We have recently done a couple of these in our office where key people from our vendor’s firm come visit many of our key and strategic people within our company. Having the company visit our location gives the vendor a chance to meet a host of people that they may never have a chance to meet, as it is almost impossible to get 20 key people out to see or visit their company. The vendor can connect with several people that they may never have had a chance to see. Recently we also had an open house for any sub-contractor who wanted to visit and learn about our company, tour our facility, and again meet as many of the people that they have heard of but never met, talked to before, or had a previous affiliation within their business circles.
Another networking game changer has obviously been social media. So many social media sites allow people the ability to network and connect with others they normally would never have a chance to meet otherwise. I look at my LinkedIn for instance: I have over 10,000 connections in my portfolio. Do I know them all? Absolutely not. What LinkedIn does allow a person to do is to learn more about what products, services, skills and professional opportunities are out there that companies can better learn about, work closer together, and see how a potential partnership can beneficial to both bottom lines.
Research of power and influence has shown that people who are highly networked tend to be five times more influential than those not as networked. Network power does not just stop at the connection stage. Network power and influence is built on how effectively you develop a relationship; one that is built on trust, desire to help, and the provision that you will provide an exemplary product or service. You never know when you may be able to utilize one of those 10,000 people to help you solve a real problem.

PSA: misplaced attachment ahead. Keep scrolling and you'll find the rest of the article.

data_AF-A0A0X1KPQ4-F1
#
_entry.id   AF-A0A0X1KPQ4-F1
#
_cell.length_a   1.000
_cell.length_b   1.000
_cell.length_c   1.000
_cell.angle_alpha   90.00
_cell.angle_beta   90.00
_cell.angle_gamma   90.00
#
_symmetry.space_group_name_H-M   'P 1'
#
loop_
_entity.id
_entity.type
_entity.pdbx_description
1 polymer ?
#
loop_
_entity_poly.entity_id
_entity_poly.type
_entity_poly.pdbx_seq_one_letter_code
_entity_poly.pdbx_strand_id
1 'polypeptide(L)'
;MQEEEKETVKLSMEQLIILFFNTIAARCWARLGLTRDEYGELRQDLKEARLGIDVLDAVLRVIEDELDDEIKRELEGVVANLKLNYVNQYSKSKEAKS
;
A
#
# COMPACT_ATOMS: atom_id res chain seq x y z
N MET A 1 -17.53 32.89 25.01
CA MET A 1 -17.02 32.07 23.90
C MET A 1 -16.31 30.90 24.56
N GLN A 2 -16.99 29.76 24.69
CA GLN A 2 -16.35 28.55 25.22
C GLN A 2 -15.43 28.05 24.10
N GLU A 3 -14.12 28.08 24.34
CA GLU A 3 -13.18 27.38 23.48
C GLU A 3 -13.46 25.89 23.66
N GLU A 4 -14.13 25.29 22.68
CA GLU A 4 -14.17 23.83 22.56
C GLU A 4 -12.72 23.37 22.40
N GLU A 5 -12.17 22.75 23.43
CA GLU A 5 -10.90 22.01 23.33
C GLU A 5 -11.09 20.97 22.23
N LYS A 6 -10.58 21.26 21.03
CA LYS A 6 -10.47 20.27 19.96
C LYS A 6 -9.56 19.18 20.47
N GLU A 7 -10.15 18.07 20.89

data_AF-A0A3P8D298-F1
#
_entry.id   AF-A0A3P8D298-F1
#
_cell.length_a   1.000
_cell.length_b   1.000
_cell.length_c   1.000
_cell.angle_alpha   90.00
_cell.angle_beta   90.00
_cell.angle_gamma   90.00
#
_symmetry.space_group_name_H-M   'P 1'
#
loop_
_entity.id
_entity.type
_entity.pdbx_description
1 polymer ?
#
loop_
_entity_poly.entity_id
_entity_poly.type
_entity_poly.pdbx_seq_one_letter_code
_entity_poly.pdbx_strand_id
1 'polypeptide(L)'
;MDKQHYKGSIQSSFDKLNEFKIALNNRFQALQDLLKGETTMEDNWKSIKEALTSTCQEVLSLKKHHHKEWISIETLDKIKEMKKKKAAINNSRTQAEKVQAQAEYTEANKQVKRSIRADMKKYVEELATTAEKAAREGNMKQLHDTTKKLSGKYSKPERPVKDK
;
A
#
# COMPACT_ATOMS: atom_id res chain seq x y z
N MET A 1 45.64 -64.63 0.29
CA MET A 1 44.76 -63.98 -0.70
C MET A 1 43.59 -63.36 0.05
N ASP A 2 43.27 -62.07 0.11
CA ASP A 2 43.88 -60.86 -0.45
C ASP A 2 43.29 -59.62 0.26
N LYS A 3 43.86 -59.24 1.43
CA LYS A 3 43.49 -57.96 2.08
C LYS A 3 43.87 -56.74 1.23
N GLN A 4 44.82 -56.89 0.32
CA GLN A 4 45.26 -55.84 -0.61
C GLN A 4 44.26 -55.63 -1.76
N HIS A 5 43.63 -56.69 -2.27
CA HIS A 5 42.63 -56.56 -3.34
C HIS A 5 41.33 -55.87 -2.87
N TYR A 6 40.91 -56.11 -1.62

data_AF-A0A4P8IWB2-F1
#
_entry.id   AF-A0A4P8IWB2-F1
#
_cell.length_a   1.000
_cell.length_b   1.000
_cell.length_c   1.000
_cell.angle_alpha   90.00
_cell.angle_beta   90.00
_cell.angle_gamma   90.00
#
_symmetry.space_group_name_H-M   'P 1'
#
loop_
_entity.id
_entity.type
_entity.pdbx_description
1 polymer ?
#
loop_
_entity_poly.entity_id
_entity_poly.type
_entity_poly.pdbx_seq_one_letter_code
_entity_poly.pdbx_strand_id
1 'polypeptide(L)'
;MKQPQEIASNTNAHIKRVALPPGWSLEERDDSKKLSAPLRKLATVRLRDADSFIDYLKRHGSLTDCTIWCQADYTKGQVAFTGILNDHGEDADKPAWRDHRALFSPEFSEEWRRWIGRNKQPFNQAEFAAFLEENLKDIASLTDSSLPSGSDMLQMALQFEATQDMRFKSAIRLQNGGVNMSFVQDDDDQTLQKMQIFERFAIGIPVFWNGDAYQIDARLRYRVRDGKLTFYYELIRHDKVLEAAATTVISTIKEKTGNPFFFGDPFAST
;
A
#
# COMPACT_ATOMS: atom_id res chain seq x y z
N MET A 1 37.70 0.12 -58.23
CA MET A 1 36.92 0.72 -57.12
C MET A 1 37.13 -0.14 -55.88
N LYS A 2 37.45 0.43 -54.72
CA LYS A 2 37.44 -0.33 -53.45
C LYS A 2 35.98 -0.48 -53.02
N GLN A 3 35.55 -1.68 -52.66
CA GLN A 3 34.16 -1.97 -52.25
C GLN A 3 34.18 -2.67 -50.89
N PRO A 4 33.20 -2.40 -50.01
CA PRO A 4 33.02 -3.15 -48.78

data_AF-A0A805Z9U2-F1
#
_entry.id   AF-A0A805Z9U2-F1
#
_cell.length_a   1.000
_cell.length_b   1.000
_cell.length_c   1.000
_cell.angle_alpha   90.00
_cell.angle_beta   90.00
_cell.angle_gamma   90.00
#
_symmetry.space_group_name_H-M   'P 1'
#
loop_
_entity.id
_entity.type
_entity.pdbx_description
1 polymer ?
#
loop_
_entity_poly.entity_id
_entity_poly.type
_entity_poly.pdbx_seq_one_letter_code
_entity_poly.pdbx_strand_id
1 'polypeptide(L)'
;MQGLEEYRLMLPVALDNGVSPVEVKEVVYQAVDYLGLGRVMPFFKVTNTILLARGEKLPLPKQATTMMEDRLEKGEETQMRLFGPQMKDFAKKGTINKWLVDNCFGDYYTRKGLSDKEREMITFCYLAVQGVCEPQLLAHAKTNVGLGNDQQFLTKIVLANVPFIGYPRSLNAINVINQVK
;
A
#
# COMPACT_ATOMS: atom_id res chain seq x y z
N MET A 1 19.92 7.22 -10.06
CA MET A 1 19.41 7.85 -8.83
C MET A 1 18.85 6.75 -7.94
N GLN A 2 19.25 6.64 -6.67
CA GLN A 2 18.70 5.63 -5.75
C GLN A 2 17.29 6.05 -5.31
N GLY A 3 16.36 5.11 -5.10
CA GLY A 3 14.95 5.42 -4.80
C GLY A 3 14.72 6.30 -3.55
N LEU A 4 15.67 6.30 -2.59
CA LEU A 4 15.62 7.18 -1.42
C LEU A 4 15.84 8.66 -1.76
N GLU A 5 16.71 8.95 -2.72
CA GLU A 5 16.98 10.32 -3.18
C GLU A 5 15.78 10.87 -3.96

Lastly and most recently, we at Holladay at a chance to attend the South Bend Chamber of Commerce Business Expo. While most trade shows can be very costly and a huge amount of key company stakeholder’s time and attention, this regional expo provided a more intimate feel of connecting and reconnecting with old friends, new friends, and friends that we may over-look from time to time. The one aspect of a business to business regional trade show like this the ability to connect with anyone and everyone from the President of an organization on down. You truly get a big opportunity to spend real quality time with people who ultimately are the ones who make things happen in their communities and are considered the key stakeholders for the region.
My Six Degrees
As you can see there are several ways to create that “Six Degrees to Separation”. I have been very fortunate to have a chance to get involved in each-and-every way possible to build upon my network using all resources. By the way, I recently had the pleasure of meeting and talking to NBA Hall of Famer, Shaquille O’Neal. Shaq played for the Los Angles Lakers where he won three NBA titles. Guess who sat courtside and used to talk to Shaq before home games? Kevin Bacon. I now know Shaquille O’Neal, who knows Kevin Bacon, therefore, I too am connected to Kevin Bacon and so are the thousands of people I have ever met or come in contact with. That Kevin Bacon Law really works. Happy networking everyone.